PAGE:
1s0x1 Assignments Definition

The Air Force Specialty Code (AFSC) is an alphanumeric code used by the United States Air Force to identify a specific job. Officer AFSCs consist of four characters and enlisted AFSCs consist of five characters. A letter prefix or suffix may be used with an AFSC when more specific identification of position requirements and individual qualifications is necessary. The AFSC is similar to the Military Occupational Specialty (MOS) used by the United States Army and the United States Marine Corps or enlisted ratings and USN officer designators and USCG officer specialities used by the United States Navy and the United States Coast Guard.

History[edit]

After the Air Force separated from the Army in 1947, it retained the Army's system of MOS occupation codes, modifying them in 1954. These were 5-digit codes; for example a maintenance data systems specialist was 39150 and a weather technician was 25170. In October 1993, the Air Force implemented a new system of AFSCs, aligning occupations with the forcewide restructuring that was implemented under Merrill McPeak.[1] These reduced officer AFSCs from 216 to 123 and enlisted AFSCs from 203 to 176.

Enlisted AFSCs[edit]

The enlisted AFSC consists of five alphanumeric characters:

  • Career group (Numerical)
    1. Operations
    2. Logistics & Maintenance
    3. Support
    4. Medical
    5. Professional
    6. Acquisition
    7. Special Investigations
    8. Special Duty Identifiers, typically used for Airmen chosen for specialized jobs
    9. Reporting Identifiers, typically used for Airmen in transitive status: trainees, awaiting retraining, prisoner, etc.
  • Career field (Alpha, different for each)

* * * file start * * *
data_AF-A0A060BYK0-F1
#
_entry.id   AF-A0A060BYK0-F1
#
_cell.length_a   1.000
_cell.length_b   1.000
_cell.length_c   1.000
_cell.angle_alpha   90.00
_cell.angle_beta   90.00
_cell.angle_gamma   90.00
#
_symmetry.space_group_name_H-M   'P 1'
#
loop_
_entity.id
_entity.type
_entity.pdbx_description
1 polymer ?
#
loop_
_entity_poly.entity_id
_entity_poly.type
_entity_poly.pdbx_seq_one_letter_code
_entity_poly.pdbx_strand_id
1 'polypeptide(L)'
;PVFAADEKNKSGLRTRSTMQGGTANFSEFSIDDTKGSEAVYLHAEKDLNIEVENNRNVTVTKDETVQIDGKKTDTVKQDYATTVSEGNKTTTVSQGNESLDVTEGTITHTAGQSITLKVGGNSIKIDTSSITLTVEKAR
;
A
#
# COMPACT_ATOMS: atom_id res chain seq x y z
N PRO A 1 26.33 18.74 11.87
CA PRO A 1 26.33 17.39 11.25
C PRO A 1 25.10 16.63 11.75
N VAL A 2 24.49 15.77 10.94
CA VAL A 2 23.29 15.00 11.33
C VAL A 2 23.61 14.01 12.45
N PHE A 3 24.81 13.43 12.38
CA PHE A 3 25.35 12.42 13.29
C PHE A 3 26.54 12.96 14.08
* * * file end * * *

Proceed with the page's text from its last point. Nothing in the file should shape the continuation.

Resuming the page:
• Career field subdivision (Numerical, different for each)
  • Skill level
    • 1 – Helper (recruits or retrainees in technical school)
    • 3 – Apprentice (technical school graduates applying and expanding their job skills)
    • 5 – Journeyman (experienced Airmen functioning as front-line technicians and initial trainers)
    • 7 – Craftsman (Airmen with many years of experience in the specialty, responsible for supervision and training)
    • 9 – Superintendent (Airmen in the grade of Senior Master Sergeant and above, with at least 14 years of experience, responsible for broad supervision)
    • 10 – Chief Enlisted Manager (CEM) (Airmen in the grade of Chief Master Sergeant responsible for policy and direction on a broad scale, from the individual squadron to HQ USAF levels)
  • Specific AFSC (Numeric, specialty within career field subdivision)

For example, in the AFSC 1N371:

  • The career group is 1 (Operations)
  • The career field is N (Intelligence)
  • The career field subdivision is 3 (CryptologicLinguist)
  • The skill level is 7 (Craftsman)
  • The specific AFSC is 1 (Crypto-Linguist Specializing in a Germanic Language)

For some specialties, an alpha prefix is used to denote a special ability, skill, qualification or system designator not restricted to a single AFSC (such as "X" for an aircrew position). Additionally, an alpha suffix (a “shredout”) denotes positions associated with particular equipment or functions within a single specialty (an Afrikaans specialist in the Germanic linguist field would have an "E" shredout). Using the above example, the AFSC X1N371E would refer to a Germanic Cryptologic Linguist who is aircrew qualified and specializes in Afrikaans.

Here is an extended listing of AFSC groups. Most categories have numerous actual AFSCs in them.

Operations[edit]

  • 1U - Remotely Piloted Aircraft (RPA) Sensor Operator
    • 1U0X1 - Remotely Piloted Aircraft (RPA) Sensor Operator
  • 1U1 - Remotely Piloted Aircraft (RPA) Pilot
    • 1U1X1 - Remotely Piloted Aircraft (RPA) Pilot
  • 1W - Weather
    • 1W0X1 - Weather
    • 1W0X2 - Special Operations Weather

Maintenance and logistics[edit]

  • 2A Aerospace Maintenance[5]
    • 2A0X1 - Avionics Test Station and Components